Anti-convulsants that might provide benefit for migraine prevention include: topiramate, valproic acid, and gabapentin. There are many others, but the data of efficacy has not been well established in migraine patients for all others. Of this group topiramate is the most frequently used and the most efficacious.24 Topiramate has side effects that include cognitive difficulties, pins and needles sensation in the extremities, kidney stones, mood changes such as depression, visual changes such as acquired myopia, retinal changes and glaucoma as well as decreased appetite with potential weight loss. Valproic acid has many more side effects than any of the other options including weight gain, hair loss and acne.25 Because of the sides effects it should not be used as a first step.

Antidepressants, the most frequently prescribed is amitriptyline which can cause weight gain and drowsiness.22 The dose is gradually increased to a maximum of 1mg/kg/day. I typically use other antidepressants such as venlafaxine. This is started at 37.5mg a day and increased to at least 75mg a day. The BP should be monitored with this treatment, as this can cause increases in BP. Antidepressants can be used to prevent migraine even if there is no underlying depression.

Blood pressure medications: Beta/blockers are one of the most commonly used class of drugs in the preventive treatment of episodic migraine and are about 50% effective in producing a greater than 50% reduction in attack frequency. Of these, propranolol is the most evidence-based and widely used drug although it has the disadvantage of not being taken once daily like the other beta-blockers.26 Although the available evidence is limited, lisinopril and overall candesartan are effective for episodic migraine prevention and may be an option in those migraineurs who associate high blood pressure but have contraindicated the use of beta-blockers.27 According to the available evidence, from this pharmacological group, flunarizine, a non-specific calcium channel blocker, is the only effective treatment in the prophylaxis of episodic migraine.28

Treatment options managed by neurologist

OnabotulinumtoxinA (Botox®) can only be considered in patients with more than 15 headache days a month. The method of botox injections for chronic migraine is based on PREEMPT trials and it is very specific, there are 31 standard sites (155 units) and additional follow the pain sites (up to an additional 40 units)29 (Fig. 2).

Figure 2.

Fixed-site, fixed-dose PREEMPT injection site locations.

(0,34MB).

The total dose of Botox would be 195 units (5 units at each site with a 2-cc dilution per 100 units). These injections need to be done by a neurologist who is an expert in the administration of botox for chronic migraine. Incorrect injection technique will result in increased adverse events including droopy eyelids (ptosis), worsening headache and increased neck pain with possible neck weakness. These injections need to be done every 12 weeks to maximize the effect. There should be a minimum of three treatments to assess for effect and if helpful these treatments should then be continued every 12 weeks until the headaches have gone.

Erenumab (Aimovig®), Fremanezumab (Ajovy®), Galcanezumab (Emgality®) and Eptinezumab (Vyepti®) were released in the US in the last years after the positive results obtained in the clinical trials.30 These are monoclonal antibody (mAb) directed against Calcitonin Gene Related Peptide (CGRP) or its receptor which have a low side effect profile and are efficacious in migraine prevention. CGRP is the main chemical secreted from nerve endings in the brain during a migraine attack and is responsible for many of the migraine symptoms. These are self-administered subcutaneous injections once a month and for Fremanezumab once every 3 months or monthly too. Eptinezumab (Vyepti®) which also binds to CGRP ligand is the only that is given intravenously every 12 weeks. During the clinical trials a very low incidence of adverse events were reported and most common reported were injection site erythema, injection site induration, diarrhea or constipation, nasopharyngitis, upper respiratory tract infection. Cardiovascular risks are the main concern, but a recent study focusing on erenumab use in patients with known coronary artery disease failed to show an increase in myocardial infarction or angina. Real-world-evidence series confirm the good profile of effectiveness and safety observed in clinical trials.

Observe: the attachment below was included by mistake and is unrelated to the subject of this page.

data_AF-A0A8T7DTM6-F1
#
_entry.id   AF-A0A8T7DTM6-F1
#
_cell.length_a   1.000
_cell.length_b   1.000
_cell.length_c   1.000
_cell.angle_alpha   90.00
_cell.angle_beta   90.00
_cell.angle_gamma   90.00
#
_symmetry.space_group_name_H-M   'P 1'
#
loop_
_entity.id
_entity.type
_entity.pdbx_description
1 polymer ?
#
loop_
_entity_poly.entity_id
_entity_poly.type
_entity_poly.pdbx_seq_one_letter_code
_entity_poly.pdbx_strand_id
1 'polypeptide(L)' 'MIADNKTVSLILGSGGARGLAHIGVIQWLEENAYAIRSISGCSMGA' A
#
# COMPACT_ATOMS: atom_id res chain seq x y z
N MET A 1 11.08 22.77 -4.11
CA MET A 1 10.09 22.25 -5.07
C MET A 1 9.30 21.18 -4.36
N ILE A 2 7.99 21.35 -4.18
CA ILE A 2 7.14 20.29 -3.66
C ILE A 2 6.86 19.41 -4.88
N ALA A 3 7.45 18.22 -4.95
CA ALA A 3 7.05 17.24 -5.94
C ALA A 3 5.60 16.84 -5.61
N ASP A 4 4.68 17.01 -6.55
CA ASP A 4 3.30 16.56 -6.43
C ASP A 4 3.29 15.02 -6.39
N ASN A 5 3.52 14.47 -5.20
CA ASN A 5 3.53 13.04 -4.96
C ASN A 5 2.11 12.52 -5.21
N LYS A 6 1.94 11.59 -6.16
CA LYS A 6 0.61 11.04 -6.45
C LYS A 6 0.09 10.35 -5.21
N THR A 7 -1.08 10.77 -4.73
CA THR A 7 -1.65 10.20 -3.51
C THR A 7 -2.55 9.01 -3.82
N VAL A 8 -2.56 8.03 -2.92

It takes 3–6 months of continuous treatment to assess for response and like other preventive drugs it should be administered for 6–12 months depending on the evolution of the patient.

Peripheral nerve blocks31: Based on the limited evidence available, serial great occipital nerve peripheral block may be a preventive treatment for chronic migraine (CM). They have also been shown to have an immediate symptomatic effect on aura and pain. It is necessary to emphasize that, in the light of the available results, the addition of corticoid to the anesthetic has not demonstrated to be more effective reason why only BA should be considered. Other nerves like supraorbitary, occipital, auriculotemporal and maxillary could also be blocked.

Regarding an entity, such as gestational migraine, it should be highlighted that there are studies that support its use and it is a practice that is increasingly extended both at a symptomatic and preventive level. It should be highlighted that only lidocaine (category B of the FDA) should be used with respect to other anesthetics.

The medications that have the best evidence for efficacy in Chronic Migraine are: topiramate, onabotulinumtoxin type A and monoclonal antibodies directed against CGRP (Erenumab, Fremanezumab, Galcanezumab and Eptinezumab).

Referral neurologist criteria32

  • Diagnosis doubts

  • Treatment failure

  • Headache due to abuse of analgesics (provided that the primary care levelis not able to solve it).

  • Migraine that does not improve despite at least one attempt preventive therapy (migraine with severe attacks, etc.).

  • Patient with obvious distrust of the primary care level.

  • Migraine with atypical or prolonged auras.

  • Chronic migraine.

Funding

No external funding.

Conflict of interest

None declared.